We here at YouMail protect millions of users from a variety of maladies. There’s spam: the stuff that isn’t necessarily malicious, but it sure does clog up every one of your inboxes: on your phone, through texts, physical mail, or email. Then there are the scams: those attacks on our personal information, finances, passwords, our very identities. We even occasionally touch upon corporate fraud, particularly the damage it can cause to small businesses and entrepreneurs. And then there are — how do we put this nicely? — the crazies. Your crazy ex, your crazy current, crazy acquaintances, even crazy strangers might be stalking you.

In this article, we cover:

Look, we’re not trying to make you paranoid, but the statistics are troubling. About one in five people believe their romantic partner is at least somewhat likely to plant stalkerware on them. Even more Americans (24 percent) have the same feeling.

To be clear, stalkerware is a form of malware or monitoring software that can be used to persistently spy on a person’s physical movements, device usage, texts, and calls without that person’s permission. We traditionally think of it as being used by people to spy on their spouses or romantic partners, but it can also be used by employers or in abusive relationships.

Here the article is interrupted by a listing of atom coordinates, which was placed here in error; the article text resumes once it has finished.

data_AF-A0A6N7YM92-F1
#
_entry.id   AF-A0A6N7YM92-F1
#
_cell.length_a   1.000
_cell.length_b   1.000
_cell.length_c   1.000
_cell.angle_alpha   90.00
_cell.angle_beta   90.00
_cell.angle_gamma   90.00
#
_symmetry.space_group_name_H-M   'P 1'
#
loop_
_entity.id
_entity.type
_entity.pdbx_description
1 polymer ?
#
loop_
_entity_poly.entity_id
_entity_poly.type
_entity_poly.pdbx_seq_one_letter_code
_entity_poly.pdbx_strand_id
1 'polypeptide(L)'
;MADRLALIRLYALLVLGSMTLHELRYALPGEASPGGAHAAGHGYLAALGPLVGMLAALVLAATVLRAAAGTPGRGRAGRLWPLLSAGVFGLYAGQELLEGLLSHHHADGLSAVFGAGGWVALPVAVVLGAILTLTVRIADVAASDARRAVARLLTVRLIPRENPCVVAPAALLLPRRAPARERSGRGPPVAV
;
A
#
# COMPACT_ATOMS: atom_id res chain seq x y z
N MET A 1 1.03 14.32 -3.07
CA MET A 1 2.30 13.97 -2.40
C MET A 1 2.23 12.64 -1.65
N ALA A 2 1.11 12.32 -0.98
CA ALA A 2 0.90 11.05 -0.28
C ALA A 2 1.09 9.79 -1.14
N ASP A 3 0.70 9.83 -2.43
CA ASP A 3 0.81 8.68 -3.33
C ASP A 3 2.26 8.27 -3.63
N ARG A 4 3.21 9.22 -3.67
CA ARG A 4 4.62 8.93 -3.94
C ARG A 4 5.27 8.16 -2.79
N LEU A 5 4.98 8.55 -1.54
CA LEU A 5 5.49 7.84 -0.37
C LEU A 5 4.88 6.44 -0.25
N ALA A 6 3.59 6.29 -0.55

It turns out three in five Gen Z and Millennial American adults (ages 18 to 39) admit to stalking an ex or current partner online without their knowledge or consent — double the number of Americans 40 years or older (24 percent). Further, more than one-third of these younger generations believe it is harmless to stalk a current or former partner online while only 11 percent 40 or older feel the same. And 14 percent acknowledge they have used an app to secretly monitor their significant other’s device activity.

In other words, if you’ve dated or are dating an adult whose birthday came after 1982, you’re surprisingly likely to have been secretly monitored by them. And even if they didn’t, they were tempted to and would have thought it wasn’t that big of a deal.

But, far be it from us to poison young, blossoming love with cold, heartless data. We simply feel the need to point out cyberstalking isn’t something to simply disregard or get too comfy with. Perhaps the greater concern should be that cyberstalking tools are out there and readily available.

It Gets Worse: Employers and Abusers

One might be forgiven to believe that burning passions lead to fools’ behavior. But cyberstalking doesn’t end there. Believe it or not, one in five companies has installed or plans to install monitoring software to spy on their employees while they work from home, often without those workers’ knowledge or consent. This sort of behavior is dangerously close to illegal and could be viewed as a violation of privacy.

It gets worse.